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How To Avoid Superannuation Troubles As An Employer

It’s official and serious!

New laws introducing penalties, including imprisonment up to 12 months, for non-compliance of superannuation guarantee obligations have been passed.

Earlier this month, Jotham Lian, in the Accountants Daily newsletter, reported that new legislation now allows the ATO commissioner to issue a direction to an employer to pay an outstanding super guarantee liability.

Failure to comply with this direction can result in criminal penalties. 

The maximum penalty for the offence is 50 penalty units, imprisonment for 12 months, or both.

Plus, employers who receive direction from the commissioner must complete an approved education course.

The new legislation is awaiting Royal Assent, with the legislation to take effect from 1 April 2019, but will apply to SGC obligations arising from 1 July 2018.

This makes it vitally important that FROM NOW all directors, each quarter, ensure their business superannuation obligations have been accurately calculated and are paid on time. And if your accountant is not involved in calculating your super obligations, then it may be worthwhile having a conversation with them to ensure your super compliance systems are in order. Your accountant may be able to suggest solutions, like introducing a single touch payroll, to ease the compliance burden.

Accountants Daily RSM senior manager Tracey Dunn was reported in Lian’s article as saying that the new law might catch out small to medium-sized family businesses where a spouse or family member may be appointed as director without fully understanding their obligations regarding super payments.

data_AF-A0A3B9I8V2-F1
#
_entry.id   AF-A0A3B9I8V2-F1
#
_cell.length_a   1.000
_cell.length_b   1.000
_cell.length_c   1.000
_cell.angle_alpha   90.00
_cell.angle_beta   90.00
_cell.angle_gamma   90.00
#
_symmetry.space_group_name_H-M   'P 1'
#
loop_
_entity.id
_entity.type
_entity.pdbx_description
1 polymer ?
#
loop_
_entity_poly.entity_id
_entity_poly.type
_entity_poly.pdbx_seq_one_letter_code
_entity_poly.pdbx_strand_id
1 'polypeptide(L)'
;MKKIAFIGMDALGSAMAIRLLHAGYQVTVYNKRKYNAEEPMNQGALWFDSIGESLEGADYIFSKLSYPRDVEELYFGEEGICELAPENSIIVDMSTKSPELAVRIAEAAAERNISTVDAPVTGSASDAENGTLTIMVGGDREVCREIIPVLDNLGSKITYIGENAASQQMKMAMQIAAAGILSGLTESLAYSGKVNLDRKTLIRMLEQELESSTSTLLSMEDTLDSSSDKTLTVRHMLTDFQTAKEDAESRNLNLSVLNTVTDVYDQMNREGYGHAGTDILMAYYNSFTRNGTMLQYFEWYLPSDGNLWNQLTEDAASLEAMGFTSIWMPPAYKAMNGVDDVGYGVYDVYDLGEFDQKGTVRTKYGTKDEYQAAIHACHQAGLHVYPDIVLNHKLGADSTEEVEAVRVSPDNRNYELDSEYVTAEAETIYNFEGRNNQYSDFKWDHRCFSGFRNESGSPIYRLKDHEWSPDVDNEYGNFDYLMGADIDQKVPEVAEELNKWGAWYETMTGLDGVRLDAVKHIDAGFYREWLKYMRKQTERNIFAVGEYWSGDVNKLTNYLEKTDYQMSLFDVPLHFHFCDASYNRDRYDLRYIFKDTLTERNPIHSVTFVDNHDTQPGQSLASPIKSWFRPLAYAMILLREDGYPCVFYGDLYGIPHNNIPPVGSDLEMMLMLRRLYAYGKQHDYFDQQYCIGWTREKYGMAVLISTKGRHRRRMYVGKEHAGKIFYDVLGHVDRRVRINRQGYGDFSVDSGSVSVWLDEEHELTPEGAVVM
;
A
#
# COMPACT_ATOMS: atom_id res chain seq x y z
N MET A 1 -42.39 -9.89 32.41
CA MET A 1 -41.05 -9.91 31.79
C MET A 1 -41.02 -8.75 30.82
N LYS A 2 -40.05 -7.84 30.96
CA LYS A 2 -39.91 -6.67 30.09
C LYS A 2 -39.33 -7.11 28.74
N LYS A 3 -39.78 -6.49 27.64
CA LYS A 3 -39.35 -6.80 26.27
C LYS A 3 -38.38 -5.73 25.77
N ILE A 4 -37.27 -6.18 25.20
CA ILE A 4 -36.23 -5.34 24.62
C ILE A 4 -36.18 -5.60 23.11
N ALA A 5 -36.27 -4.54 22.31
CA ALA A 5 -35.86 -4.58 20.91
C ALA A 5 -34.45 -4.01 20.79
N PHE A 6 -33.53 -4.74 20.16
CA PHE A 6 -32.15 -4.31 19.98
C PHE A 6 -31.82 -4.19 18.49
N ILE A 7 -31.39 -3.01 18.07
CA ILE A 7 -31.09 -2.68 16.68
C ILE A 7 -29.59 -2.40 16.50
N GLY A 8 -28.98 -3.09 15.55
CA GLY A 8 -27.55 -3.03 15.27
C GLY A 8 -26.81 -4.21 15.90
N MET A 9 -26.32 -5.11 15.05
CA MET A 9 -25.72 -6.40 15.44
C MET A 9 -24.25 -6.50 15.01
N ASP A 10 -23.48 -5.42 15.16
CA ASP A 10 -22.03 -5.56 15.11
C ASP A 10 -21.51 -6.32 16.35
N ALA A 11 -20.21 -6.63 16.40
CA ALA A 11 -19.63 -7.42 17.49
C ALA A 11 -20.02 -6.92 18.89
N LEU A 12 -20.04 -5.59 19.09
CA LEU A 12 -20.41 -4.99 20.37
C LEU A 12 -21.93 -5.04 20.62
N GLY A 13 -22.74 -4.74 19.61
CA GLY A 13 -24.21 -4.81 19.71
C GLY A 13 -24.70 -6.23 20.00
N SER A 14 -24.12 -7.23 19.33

“Obviously the criminal penalties will only apply to serious cases, but unfortunately in a lot of small businesses super guarantee payment are the first thing that goes (unpaid) and they are quite often behind because of cashflow issues so there will be a higher risk,” Ms Dunn said.

“For example, a husband runs a business and he is the brains of the business but the wife will be put in a position where she is a director. The accountant may discuss the director obligations with the husband but then rely on the husband to relay that to the wife and she may not ever fully understand what her risk is.

“They (the wives) now face a criminal penalty if, within a business, those compulsory superannuation guarantee payments aren’t made on time.”

Ms Dunn said she believed accountants had an important role to play in helping clients their clients understand the new risks.

“Accountants and advisers really need to ensure that when their clients employ staff, they are fully aware of the risk of non-compliance with super guarantee obligations,” she said.

Latest data from the ATO estimates unpaid super guarantee at $2.79 billion and these measures are a clear indication the Government is extremely serious about ensuring all employees receive their superannuation entitlements.

Message Affinitas on Messenger todayAcknowledgement: ; Accountants Daily, 1 March 2019.

 

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